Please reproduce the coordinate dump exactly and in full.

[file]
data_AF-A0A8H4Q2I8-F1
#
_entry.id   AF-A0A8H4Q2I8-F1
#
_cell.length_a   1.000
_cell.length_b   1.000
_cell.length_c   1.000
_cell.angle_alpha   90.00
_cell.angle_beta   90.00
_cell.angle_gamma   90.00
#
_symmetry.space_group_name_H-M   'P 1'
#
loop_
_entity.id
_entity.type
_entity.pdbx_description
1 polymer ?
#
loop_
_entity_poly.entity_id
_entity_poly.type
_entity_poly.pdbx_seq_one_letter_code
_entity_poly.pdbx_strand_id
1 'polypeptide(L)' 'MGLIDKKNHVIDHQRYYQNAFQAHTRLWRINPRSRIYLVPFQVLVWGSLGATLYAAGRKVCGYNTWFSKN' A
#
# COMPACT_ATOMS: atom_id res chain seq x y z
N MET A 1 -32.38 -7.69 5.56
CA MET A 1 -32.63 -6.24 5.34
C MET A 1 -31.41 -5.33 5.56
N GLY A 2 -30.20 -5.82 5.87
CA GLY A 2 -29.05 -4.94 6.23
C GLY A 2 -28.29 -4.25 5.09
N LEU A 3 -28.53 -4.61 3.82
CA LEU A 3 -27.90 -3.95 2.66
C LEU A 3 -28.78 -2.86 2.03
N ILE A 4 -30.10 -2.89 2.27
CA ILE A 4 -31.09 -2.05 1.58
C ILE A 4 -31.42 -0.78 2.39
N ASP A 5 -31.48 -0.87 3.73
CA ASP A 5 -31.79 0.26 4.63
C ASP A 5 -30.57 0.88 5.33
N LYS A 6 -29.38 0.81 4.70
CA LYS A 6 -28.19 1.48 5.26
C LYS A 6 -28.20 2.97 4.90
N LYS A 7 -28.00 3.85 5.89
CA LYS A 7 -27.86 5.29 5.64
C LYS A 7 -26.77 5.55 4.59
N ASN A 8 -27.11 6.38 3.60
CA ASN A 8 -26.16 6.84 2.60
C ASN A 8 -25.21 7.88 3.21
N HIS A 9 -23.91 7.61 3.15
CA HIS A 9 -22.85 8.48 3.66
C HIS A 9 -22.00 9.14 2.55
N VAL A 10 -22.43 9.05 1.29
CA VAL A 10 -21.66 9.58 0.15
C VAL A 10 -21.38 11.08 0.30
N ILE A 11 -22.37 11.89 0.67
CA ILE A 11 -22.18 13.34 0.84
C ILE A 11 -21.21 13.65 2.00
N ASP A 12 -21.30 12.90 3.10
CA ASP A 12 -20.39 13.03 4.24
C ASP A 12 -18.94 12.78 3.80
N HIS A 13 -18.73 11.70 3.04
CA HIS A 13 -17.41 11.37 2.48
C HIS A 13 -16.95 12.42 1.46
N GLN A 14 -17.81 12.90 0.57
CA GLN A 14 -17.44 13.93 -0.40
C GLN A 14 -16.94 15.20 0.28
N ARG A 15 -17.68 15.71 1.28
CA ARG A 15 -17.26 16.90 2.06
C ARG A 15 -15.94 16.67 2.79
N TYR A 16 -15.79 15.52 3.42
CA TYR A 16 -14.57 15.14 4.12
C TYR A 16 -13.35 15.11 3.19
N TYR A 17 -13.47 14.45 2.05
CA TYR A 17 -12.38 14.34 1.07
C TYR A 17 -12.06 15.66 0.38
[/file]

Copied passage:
data_AF-A0A8H4Q2I8-F1
#
_entry.id   AF-A0A8H4Q2I8-F1
#
_cell.length_a   1.000
_cell.length_b   1.000
_cell.length_c   1.000
_cell.angle_alpha   90.00
_cell.angle_beta   90.00
_cell.angle_gamma   90.00
#
_symmetry.space_group_name_H-M   'P 1'
#
loop_
_entity.id
_entity.type
_entity.pdbx_description
1 polymer ?
#
loop_
_entity_poly.entity_id
_entity_poly.type
_entity_poly.pdbx_seq_one_letter_code
_entity_poly.pdbx_strand_id
1 'polypeptide(L)' 'MGLIDKKNHVIDHQRYYQNAFQAHTRLWRINPRSRIYLVPFQVLVWGSLGATLYAAGRKVCGYNTWFSKN' A
#
# COMPACT_ATOMS: atom_id res chain seq x y z
N MET A 1 -32.38 -7.69 5.56
CA MET A 1 -32.63 -6.24 5.34
C MET A 1 -31.41 -5.33 5.56
N GLY A 2 -30.20 -5.82 5.87
CA GLY A 2 -29.05 -4.94 6.23
C GLY A 2 -28.29 -4.25 5.09
N LEU A 3 -28.53 -4.61 3.82
CA LEU A 3 -27.90 -3.95 2.66
C LEU A 3 -28.78 -2.86 2.03
N ILE A 4 -30.10 -2.89 2.27
CA ILE A 4 -31.09 -2.05 1.58
C ILE A 4 -31.42 -0.78 2.39
N ASP A 5 -31.48 -0.87 3.73
CA ASP A 5 -31.79 0.26 4.63
C ASP A 5 -30.57 0.88 5.33
N LYS A 6 -29.38 0.81 4.70
CA LYS A 6 -28.19 1.48 5.26
C LYS A 6 -28.20 2.97 4.90
N LYS A 7 -28.00 3.85 5.89
CA LYS A 7 -27.86 5.29 5.64
C LYS A 7 -26.77 5.55 4.59
N ASN A 8 -27.11 6.38 3.60
CA ASN A 8 -26.16 6.84 2.60
C ASN A 8 -25.21 7.88 3.21
N HIS A 9 -23.91 7.61 3.15
CA HIS A 9 -22.85 8.48 3.66
C HIS A 9 -22.00 9.14 2.55
N VAL A 10 -22.43 9.05 1.29
CA VAL A 10 -21.66 9.58 0.15
C VAL A 10 -21.38 11.08 0.30
N ILE A 11 -22.37 11.89 0.67
CA ILE A 11 -22.18 13.34 0.84
C ILE A 11 -21.21 13.65 2.00
N ASP A 12 -21.30 12.90 3.10
CA ASP A 12 -20.39 13.03 4.24
C ASP A 12 -18.94 12.78 3.80
N HIS A 13 -18.73 11.70 3.04
CA HIS A 13 -17.41 11.37 2.48
C HIS A 13 -16.95 12.42 1.46
N GLN A 14 -17.81 12.90 0.57
CA GLN A 14 -17.44 13.93 -0.40
C GLN A 14 -16.94 15.20 0.28
N ARG A 15 -17.68 15.71 1.28
CA ARG A 15 -17.26 16.90 2.06
C ARG A 15 -15.94 16.67 2.79
N TYR A 16 -15.79 15.52 3.42
CA TYR A 16 -14.57 15.14 4.12
C TYR A 16 -13.35 15.11 3.19
N TYR A 17 -13.47 14.45 2.05
CA TYR A 17 -12.38 14.34 1.07
C TYR A 17 -12.06 15.66 0.38